Junior Seau's death has provoked many people who knew him and many more who didn't to celebrate his admirable qualities.
He loved the game he played, and he inspired those who played beside him. What pro athletes admire most in their peers is longevity, and Junior Seau certainly achieved that. The average NFL career lasts a couple of years. Seau played from 1990 until 2009.
[sidebar title="'He Was Bigger Than Life.'" width="200" align="right"]Erik Anderson of Only A Game affiliate station KPBS reports on San Diegans remembering Junior Seau.[/sidebar]He was dedicated to achieving excellence through hard work. According to some of his former teammates in New England, the trainers in the Patriots weight room complained about how early Seau would arrive to begin his workouts.
He was a thoughtful friend. Robert Kraft, the owner of the team for which Seau last played, spoke this week about how touched he was by a note Seau wrote him when Kraft's wife passed away.
But although many of those who thought they knew him best have said they saw no indication that he would kill himself, that is what Seau did. In so doing, he joined the many ex-NFL players whose deaths have provoked serious concern about the damage done in the workplace they chose. This means that those celebrating the life of Junior Seau cannot be content with celebration. They must also consider the relationship of his loss to the daily business of the game in which he so impressed them and distinguished himself.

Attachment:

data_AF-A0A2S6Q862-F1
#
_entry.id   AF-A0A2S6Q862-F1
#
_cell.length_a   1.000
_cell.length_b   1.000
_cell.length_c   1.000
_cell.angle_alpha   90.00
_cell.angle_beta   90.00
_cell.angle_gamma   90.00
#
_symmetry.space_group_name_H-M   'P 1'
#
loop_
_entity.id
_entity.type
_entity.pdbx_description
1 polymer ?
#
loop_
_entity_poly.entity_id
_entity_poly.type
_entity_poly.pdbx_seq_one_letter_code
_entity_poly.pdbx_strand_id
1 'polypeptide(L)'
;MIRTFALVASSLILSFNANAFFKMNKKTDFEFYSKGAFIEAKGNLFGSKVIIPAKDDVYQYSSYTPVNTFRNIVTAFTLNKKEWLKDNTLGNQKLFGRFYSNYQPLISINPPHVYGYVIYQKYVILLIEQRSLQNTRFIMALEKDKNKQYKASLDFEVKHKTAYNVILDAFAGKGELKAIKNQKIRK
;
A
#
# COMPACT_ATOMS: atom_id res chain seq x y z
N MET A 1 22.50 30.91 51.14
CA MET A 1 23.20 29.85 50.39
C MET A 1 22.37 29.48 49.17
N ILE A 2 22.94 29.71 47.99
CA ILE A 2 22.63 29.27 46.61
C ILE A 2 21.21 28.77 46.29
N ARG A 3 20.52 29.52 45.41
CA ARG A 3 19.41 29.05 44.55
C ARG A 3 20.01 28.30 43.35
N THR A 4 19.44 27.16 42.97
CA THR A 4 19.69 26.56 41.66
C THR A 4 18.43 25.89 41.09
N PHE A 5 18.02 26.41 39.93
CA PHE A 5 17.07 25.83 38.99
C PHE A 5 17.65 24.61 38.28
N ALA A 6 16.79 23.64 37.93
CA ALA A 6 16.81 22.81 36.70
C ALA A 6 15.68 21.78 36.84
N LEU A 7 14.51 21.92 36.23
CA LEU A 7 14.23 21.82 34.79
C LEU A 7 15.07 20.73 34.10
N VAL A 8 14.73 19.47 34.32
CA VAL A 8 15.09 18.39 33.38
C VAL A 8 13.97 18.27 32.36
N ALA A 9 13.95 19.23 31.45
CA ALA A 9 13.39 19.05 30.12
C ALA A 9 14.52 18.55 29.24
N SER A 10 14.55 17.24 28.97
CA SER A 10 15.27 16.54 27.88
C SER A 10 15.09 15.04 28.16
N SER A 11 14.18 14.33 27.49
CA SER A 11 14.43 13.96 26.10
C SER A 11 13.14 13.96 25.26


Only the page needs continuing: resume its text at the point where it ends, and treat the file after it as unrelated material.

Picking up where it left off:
Like Dave Duerson in February of 2011, Seau shot himself in the chest. Duerson left a note directing that his brain should be examined by those investigating chronic traumatic encephalopathy, the concussion-related condition that has been present in the brains of other ex-NFL players who have killed themselves or otherwise died prematurely. No such note has been found where Seau died, but his family has indicated that his brain will be made available for study.
The list of ex-NFL players who have killed themselves or died in bizarre accidents or suffered from dementia, memory disfunction, and depression grows, as does the number of ex-players currently suing the National Football League. About 1500 former players have joined those suits, which contend that the league has consciously failed to protect the health and welfare of the players, despite knowing of the damage being done to the brains of those players engaged in their work. The league denies those charges.
Junior Seau was 43 years old. The results of the examination of his brain will probably be available in four to six weeks.
This segment aired on May 5, 2012.